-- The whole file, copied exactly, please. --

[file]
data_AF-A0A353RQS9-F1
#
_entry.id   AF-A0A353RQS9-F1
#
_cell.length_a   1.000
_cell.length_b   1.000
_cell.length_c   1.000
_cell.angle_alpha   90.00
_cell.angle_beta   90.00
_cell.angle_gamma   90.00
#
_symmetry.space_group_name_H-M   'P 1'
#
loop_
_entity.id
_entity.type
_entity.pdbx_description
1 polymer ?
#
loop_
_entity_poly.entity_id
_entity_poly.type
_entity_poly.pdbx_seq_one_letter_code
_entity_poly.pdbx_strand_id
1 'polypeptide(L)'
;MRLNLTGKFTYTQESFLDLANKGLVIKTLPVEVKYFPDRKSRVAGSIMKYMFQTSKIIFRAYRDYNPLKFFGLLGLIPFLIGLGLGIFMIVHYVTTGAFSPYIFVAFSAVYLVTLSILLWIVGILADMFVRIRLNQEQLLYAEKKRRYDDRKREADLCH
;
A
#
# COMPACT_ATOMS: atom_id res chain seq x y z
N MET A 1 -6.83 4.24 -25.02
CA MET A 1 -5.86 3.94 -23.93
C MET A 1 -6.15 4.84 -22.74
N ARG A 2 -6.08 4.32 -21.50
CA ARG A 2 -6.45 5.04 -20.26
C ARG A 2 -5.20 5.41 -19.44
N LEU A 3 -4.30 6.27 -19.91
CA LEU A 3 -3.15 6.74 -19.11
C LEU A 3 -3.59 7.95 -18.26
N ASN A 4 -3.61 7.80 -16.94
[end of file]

data_AF-A0A353RQS9-F1
#
_entry.id   AF-A0A353RQS9-F1
#
_cell.length_a   1.000
_cell.length_b   1.000
_cell.length_c   1.000
_cell.angle_alpha   90.00
_cell.angle_beta   90.00
_cell.angle_gamma   90.00
#
_symmetry.space_group_name_H-M   'P 1'
#
loop_
_entity.id
_entity.type
_entity.pdbx_description
1 polymer ?
#
loop_
_entity_poly.entity_id
_entity_poly.type
_entity_poly.pdbx_seq_one_letter_code
_entity_poly.pdbx_strand_id
1 'polypeptide(L)'
;MRLNLTGKFTYTQESFLDLANKGLVIKTLPVEVKYFPDRKSRVAGSIMKYMFQTSKIIFRAYRDYNPLKFFGLLGLIPFLIGLGLGIFMIVHYVTTGAFSPYIFVAFSAVYLVTLSILLWIVGILADMFVRIRLNQEQLLYAEKKRRYDDRKREADLCH
;
A
#
# COMPACT_ATOMS: atom_id res chain seq x y z
N MET A 1 -6.83 4.24 -25.02
CA MET A 1 -5.86 3.94 -23.93
C MET A 1 -6.15 4.84 -22.74
N ARG A 2 -6.08 4.32 -21.50
CA ARG A 2 -6.45 5.04 -20.26
C ARG A 2 -5.20 5.41 -19.44
N LEU A 3 -4.30 6.27 -19.91
CA LEU A 3 -3.15 6.74 -19.11
C LEU A 3 -3.59 7.95 -18.26
N ASN A 4 -3.61 7.80 -16.94